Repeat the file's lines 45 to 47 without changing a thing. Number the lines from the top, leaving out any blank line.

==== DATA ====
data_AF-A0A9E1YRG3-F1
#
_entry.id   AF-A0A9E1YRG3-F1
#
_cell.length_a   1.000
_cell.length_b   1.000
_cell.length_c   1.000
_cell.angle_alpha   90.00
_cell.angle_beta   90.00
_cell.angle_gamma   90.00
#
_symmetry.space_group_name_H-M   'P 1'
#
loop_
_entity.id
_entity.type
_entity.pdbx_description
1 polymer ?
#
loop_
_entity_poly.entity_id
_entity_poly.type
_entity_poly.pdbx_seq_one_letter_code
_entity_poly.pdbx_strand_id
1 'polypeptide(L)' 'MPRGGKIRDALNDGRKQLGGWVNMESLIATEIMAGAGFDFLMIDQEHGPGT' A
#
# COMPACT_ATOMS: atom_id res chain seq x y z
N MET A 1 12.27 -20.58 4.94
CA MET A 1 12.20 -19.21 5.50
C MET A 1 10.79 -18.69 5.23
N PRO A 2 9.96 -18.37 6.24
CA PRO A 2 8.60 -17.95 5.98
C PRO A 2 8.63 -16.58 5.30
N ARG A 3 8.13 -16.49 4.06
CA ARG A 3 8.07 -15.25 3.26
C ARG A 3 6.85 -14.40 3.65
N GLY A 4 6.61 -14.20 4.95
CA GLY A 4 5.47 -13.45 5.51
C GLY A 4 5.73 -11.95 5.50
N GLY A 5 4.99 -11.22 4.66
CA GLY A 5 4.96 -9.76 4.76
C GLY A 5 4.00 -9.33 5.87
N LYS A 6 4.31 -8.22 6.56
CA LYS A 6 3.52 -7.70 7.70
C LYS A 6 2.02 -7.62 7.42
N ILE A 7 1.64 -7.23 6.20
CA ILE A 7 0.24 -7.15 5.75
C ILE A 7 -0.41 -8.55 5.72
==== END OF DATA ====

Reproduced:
C LYS A 6 2.02 -7.62 7.42
N ILE A 7 1.64 -7.23 6.20
CA ILE A 7 0.24 -7.15 5.75